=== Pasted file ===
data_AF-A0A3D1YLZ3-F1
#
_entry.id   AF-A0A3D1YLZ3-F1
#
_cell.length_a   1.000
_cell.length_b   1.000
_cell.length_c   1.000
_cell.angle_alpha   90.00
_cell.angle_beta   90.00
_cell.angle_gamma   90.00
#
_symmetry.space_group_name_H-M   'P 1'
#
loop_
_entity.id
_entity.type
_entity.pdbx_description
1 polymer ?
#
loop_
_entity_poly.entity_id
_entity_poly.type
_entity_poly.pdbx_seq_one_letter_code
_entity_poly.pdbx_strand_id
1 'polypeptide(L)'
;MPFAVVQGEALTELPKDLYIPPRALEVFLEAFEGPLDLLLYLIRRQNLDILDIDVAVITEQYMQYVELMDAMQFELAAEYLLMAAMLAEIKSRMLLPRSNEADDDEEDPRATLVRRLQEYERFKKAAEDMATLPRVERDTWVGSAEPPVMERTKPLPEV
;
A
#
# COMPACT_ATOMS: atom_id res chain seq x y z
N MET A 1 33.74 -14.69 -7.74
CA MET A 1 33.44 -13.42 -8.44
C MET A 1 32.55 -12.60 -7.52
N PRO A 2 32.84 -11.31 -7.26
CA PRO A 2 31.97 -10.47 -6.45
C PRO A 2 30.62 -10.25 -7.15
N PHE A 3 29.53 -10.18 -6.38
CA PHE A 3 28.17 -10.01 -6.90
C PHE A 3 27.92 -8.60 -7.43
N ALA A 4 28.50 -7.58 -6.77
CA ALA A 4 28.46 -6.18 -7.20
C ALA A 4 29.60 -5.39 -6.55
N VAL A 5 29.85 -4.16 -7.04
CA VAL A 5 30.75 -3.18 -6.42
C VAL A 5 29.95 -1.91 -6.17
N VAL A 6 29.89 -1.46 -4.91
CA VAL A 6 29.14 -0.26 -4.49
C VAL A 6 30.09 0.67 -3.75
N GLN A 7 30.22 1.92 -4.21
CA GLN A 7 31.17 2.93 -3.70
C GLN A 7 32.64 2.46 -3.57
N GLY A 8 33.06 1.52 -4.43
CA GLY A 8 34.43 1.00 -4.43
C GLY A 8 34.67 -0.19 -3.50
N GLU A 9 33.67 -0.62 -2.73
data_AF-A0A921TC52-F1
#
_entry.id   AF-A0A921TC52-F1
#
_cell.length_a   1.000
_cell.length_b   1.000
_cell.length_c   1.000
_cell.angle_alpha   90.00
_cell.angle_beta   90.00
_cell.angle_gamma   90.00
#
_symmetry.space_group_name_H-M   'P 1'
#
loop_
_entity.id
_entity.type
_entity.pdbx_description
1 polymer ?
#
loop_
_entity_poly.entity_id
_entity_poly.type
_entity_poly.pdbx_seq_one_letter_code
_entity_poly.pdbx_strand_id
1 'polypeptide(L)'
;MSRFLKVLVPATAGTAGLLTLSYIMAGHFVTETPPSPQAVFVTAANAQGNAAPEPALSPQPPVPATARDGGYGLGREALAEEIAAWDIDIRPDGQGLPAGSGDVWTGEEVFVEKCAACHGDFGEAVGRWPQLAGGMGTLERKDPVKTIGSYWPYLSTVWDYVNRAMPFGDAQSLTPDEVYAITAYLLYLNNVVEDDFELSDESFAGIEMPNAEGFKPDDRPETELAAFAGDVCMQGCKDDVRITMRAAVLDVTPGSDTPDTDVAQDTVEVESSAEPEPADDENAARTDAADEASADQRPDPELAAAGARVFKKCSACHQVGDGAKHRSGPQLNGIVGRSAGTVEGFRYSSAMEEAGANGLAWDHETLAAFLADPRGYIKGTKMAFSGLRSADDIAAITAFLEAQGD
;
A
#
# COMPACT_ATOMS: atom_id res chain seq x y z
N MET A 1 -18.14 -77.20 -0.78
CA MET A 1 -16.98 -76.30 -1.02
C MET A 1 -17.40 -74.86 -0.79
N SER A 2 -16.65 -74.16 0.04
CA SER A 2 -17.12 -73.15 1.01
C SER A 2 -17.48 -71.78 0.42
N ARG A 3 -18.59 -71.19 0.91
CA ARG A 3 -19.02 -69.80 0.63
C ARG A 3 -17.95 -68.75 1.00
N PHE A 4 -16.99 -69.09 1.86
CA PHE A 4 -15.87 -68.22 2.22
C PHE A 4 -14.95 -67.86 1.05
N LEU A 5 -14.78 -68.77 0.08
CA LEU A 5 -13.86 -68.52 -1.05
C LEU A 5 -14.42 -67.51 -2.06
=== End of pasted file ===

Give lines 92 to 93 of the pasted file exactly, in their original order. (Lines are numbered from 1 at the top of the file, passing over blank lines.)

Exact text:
N ARG A 3 -18.59 -71.19 0.91
CA ARG A 3 -19.02 -69.80 0.63